Cordova and Asset Downloads

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A few weeks ago (before I thought it would be a good idea to fly to China for a few weeks and dramatically increase the size of my family), I blogged about how a Cordova application could handle downloading binary assets after release. (You can find the discussion here: Cordova and Large Asset Downloads - An Abstract.) I finally got around to completing the demo.

Before I go any further, keep in mind that this demo was built to illustrate an example of the concept. It isn't necessarily meant to be something you can download and use as is. Consider it a sample to get you inspired. Here is how the application works.

First off, we don't do anything "special" until we need to, so the home page is just regular HTML. I'm using jQuery Mobile for this example (don't tell Ionic I strayed).

Clicking the Assets button is what begins the thing we want to demonstrate. When this page loads, we need to do a few things. First, we check the file system to see if we have any downloaded assets. If we do, we display them in a list. If not, we tell the user.

At the same time, we do a "once-per-app" hit to a server where new assets may exist. In my case I just added a JSON file to my local Apache server. This JSON file returned an array of URLs that represent new assets. For each we compare against the list of files we have (and on our first run we will have none), and if we don't have it, we use the FileTransfer plugin to download it.

The next time the user views that particular page, they will see a list of assets. In my demo they are listed by file name which may not be the best UX. You could return metadata about your assets from the server to include things like a nicer name.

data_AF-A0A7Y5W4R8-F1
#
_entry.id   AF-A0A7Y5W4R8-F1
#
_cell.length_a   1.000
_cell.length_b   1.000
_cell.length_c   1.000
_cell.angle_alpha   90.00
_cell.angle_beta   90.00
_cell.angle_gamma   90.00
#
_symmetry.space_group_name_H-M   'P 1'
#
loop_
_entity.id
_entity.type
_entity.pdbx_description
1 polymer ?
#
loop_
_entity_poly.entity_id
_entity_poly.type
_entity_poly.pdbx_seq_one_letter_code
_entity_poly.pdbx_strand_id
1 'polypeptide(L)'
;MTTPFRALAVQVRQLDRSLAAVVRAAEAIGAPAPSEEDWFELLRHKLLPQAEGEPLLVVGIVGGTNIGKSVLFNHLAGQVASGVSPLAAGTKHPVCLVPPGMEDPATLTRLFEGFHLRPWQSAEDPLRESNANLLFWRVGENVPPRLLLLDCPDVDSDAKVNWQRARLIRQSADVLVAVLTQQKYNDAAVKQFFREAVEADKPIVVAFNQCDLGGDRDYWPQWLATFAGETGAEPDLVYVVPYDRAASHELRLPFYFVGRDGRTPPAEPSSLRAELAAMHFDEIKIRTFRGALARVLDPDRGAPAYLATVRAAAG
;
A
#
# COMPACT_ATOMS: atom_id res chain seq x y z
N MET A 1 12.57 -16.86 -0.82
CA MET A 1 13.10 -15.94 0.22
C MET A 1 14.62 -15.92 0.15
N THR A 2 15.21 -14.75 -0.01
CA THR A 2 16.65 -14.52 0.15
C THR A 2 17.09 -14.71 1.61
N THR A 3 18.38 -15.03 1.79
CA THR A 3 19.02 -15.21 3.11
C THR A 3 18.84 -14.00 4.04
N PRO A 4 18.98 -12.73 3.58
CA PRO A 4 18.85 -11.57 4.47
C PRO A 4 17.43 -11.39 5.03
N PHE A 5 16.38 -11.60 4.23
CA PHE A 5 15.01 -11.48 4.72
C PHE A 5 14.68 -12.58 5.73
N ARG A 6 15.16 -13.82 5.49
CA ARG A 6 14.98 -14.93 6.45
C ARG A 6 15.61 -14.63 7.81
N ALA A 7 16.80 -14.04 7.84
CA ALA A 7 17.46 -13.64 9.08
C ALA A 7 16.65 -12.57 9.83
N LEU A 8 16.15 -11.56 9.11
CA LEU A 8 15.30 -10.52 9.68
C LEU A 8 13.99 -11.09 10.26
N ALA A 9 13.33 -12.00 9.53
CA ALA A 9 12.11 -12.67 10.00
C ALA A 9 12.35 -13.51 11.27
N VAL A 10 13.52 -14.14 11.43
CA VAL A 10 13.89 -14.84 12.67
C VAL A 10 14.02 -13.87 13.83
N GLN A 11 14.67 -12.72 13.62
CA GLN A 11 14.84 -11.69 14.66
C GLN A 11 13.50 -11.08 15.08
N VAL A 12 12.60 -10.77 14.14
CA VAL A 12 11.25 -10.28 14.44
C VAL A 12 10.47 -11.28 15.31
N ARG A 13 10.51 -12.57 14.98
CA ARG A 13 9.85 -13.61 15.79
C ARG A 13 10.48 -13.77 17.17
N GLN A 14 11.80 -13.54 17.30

To wrap up my demo, I used jQuery Mobile's popup widget to provide a way to view the assets. (Note: I've got an odd bug where the first click returns an oddly placed popup. The next clicks work just fine. Not sure if that is a jQuery Mobile bug or something else. Since it isn't really relevant to the topic at hand, I'm going to drink a beer and just not give a you know what.)

Ok, so let's take a look at the code.

var globals = {};
globals.checkedServer = false;
globals.assetServer = "http://192.168.1.67/assets.json";
globals.assetSubDir = "assets";

document.addEventListener("deviceready", init, false);
function init() {
	
	$(document).on("pageshow", "#downloadPage", function(e) {
	
		console.log("page show for downloads");
		
		//get the current list of assets
		var assetReader = getAssets();
		assetReader.done(function(results) {
			console.log("promise done", results);
			if(results.length === 0) {
				$("#assetDiv").html("<p>Sorry, but no assets are currently available.</p>");	
			} else {
				var list = "<ul data-role='listview' data-inset='true' id='assetList'>";
				for(var i=0, len=results.length; i<len; i++) {
					list += "<li data-url='"+results[i].toURL()+"'>"+results[i].name+"</li>";	
				}
				list += "</ul>";
				console.log(list);
				$("#assetDiv").html(list);
				$("#assetList").listview();
				
			}
			
			if(!globals.checkedServer) {
				$.get(globals.assetServer).done(function(res) {
					/*
					Each asset is a URL for an asset. We check the filename
					of each to see if it exists in our current list of assets					
					*/
					console.log("server assets", res);
					for(var i=0, len=res.length; i<len; i++) {
						var file = res[i].split("/").pop();
						var haveIt = false;

						for(var k=0; k<globals.assets.length; k++) {
							if(globals.assets[k].name === file) {
								console.log("we already have file "+file);
								haveIt = true;
								break;
							}
						}
						
						if(!haveIt) fetch(res[i]);
						
					}
				});
			}
		});
		
		//click handler for list items
		$(document).on("touchend", "#assetList li", function() {
			var loc = $(this).data("url");
			console.dir(loc);
			$("#assetImage").attr("src", loc);
			$("#popupImage").popup("open");
		});
		
	});
	
}

function fsError(e) {
	//Something went wrong with the file system. Keep it simple for the end user.
	console.log("FS Error", e);
	navigator.notification.alert("Sorry, an error was thrown.", null,"Error");
}

/*
I will access the device file system to see what assets we have already. I also take care of, 
once per operation, hitting the server to see if we have new assets.
*/
function getAssets() {
	var def = $.Deferred();

	if(globals.assets) {
		console.log("returning cached assets");
		def.resolve(globals.assets);
		return def.promise();
	}
	
	var dirEntry = window.resolveLocalFileSystemURL(cordova.file.dataDirectory, function(dir) {
		//now we have the data dir, get our asset dir
		console.log("got main dir",dir);